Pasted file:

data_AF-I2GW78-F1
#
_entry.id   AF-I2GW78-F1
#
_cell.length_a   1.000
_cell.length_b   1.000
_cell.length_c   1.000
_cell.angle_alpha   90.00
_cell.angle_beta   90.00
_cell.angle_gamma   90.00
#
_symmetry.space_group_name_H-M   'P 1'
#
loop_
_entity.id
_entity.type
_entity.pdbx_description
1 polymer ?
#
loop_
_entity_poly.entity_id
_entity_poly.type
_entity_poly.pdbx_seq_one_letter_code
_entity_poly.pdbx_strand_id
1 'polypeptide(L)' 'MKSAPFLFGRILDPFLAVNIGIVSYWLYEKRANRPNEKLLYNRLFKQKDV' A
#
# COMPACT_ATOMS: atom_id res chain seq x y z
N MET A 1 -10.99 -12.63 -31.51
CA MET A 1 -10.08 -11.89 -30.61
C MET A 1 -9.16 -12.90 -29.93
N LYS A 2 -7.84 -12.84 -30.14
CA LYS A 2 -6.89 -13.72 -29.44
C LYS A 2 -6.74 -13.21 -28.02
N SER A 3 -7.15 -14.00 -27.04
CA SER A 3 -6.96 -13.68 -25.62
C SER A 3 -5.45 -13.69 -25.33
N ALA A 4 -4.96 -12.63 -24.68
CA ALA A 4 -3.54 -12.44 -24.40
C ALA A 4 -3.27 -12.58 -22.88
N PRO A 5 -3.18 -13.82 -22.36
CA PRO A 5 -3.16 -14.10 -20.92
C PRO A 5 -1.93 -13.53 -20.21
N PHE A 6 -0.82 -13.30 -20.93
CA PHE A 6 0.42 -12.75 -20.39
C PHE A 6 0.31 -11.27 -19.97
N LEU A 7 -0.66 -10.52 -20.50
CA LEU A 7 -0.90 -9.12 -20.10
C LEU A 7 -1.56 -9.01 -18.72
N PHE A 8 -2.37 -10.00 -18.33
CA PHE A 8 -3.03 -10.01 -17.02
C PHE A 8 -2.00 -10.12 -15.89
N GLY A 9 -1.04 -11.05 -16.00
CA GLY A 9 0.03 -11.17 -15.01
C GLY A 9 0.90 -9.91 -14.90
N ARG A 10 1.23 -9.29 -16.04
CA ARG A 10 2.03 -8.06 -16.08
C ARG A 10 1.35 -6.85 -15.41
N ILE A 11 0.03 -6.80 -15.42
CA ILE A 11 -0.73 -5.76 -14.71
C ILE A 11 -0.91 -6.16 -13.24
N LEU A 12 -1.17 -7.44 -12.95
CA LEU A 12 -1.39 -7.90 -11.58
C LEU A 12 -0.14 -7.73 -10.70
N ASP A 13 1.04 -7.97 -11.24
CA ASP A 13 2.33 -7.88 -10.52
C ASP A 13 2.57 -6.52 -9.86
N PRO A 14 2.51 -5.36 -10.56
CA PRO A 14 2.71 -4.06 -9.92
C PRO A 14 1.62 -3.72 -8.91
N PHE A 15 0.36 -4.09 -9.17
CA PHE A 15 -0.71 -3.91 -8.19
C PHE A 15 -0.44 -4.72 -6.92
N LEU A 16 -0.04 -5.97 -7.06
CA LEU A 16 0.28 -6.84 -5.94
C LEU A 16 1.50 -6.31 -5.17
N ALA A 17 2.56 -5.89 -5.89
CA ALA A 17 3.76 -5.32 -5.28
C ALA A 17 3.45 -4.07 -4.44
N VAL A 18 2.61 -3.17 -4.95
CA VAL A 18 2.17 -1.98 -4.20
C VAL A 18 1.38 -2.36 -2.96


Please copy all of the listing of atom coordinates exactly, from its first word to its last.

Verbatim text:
data_AF-I2GW78-F1
#
_entry.id   AF-I2GW78-F1
#
_cell.length_a   1.000
_cell.length_b   1.000
_cell.length_c   1.000
_cell.angle_alpha   90.00
_cell.angle_beta   90.00
_cell.angle_gamma   90.00
#
_symmetry.space_group_name_H-M   'P 1'
#
loop_
_entity.id
_entity.type
_entity.pdbx_description
1 polymer ?
#
loop_
_entity_poly.entity_id
_entity_poly.type
_entity_poly.pdbx_seq_one_letter_code
_entity_poly.pdbx_strand_id
1 'polypeptide(L)' 'MKSAPFLFGRILDPFLAVNIGIVSYWLYEKRANRPNEKLLYNRLFKQKDV' A
#
# COMPACT_ATOMS: atom_id res chain seq x y z
N MET A 1 -10.99 -12.63 -31.51
CA MET A 1 -10.08 -11.89 -30.61
C MET A 1 -9.16 -12.90 -29.93
N LYS A 2 -7.84 -12.84 -30.14
CA LYS A 2 -6.89 -13.72 -29.44
C LYS A 2 -6.74 -13.21 -28.02
N SER A 3 -7.15 -14.00 -27.04
CA SER A 3 -6.96 -13.68 -25.62
C SER A 3 -5.45 -13.69 -25.33
N ALA A 4 -4.96 -12.63 -24.68
CA ALA A 4 -3.54 -12.44 -24.40
C ALA A 4 -3.27 -12.58 -22.88
N PRO A 5 -3.18 -13.82 -22.36
CA PRO A 5 -3.16 -14.10 -20.92
C PRO A 5 -1.93 -13.53 -20.21
N PHE A 6 -0.82 -13.30 -20.93
CA PHE A 6 0.42 -12.75 -20.39
C PHE A 6 0.31 -11.27 -19.97
N LEU A 7 -0.66 -10.52 -20.50
CA LEU A 7 -0.90 -9.12 -20.10
C LEU A 7 -1.56 -9.01 -18.72
N PHE A 8 -2.37 -10.00 -18.33
CA PHE A 8 -3.03 -10.01 -17.02
C PHE A 8 -2.00 -10.12 -15.89
N GLY A 9 -1.04 -11.05 -16.00
CA GLY A 9 0.03 -11.17 -15.01
C GLY A 9 0.90 -9.91 -14.90
N ARG A 10 1.23 -9.29 -16.04
CA ARG A 10 2.03 -8.06 -16.08
C ARG A 10 1.35 -6.85 -15.41
N ILE A 11 0.03 -6.80 -15.42
CA ILE A 11 -0.73 -5.76 -14.71
C ILE A 11 -0.91 -6.16 -13.24
N LEU A 12 -1.17 -7.44 -12.95
CA LEU A 12 -1.39 -7.90 -11.58
C LEU A 12 -0.14 -7.73 -10.70
N ASP A 13 1.04 -7.97 -11.24
CA ASP A 13 2.33 -7.88 -10.52
C ASP A 13 2.57 -6.52 -9.86
N PRO A 14 2.51 -5.36 -10.56
CA PRO A 14 2.71 -4.06 -9.92
C PRO A 14 1.62 -3.72 -8.91
N PHE A 15 0.36 -4.09 -9.17
CA PHE A 15 -0.71 -3.91 -8.19
C PHE A 15 -0.44 -4.72 -6.92
N LEU A 16 -0.04 -5.97 -7.06
CA LEU A 16 0.28 -6.84 -5.94
C LEU A 16 1.50 -6.31 -5.17
N ALA A 17 2.56 -5.89 -5.89
CA ALA A 17 3.76 -5.32 -5.28
C ALA A 17 3.45 -4.07 -4.44
N VAL A 18 2.61 -3.17 -4.95
CA VAL A 18 2.17 -1.98 -4.20
C VAL A 18 1.38 -2.36 -2.96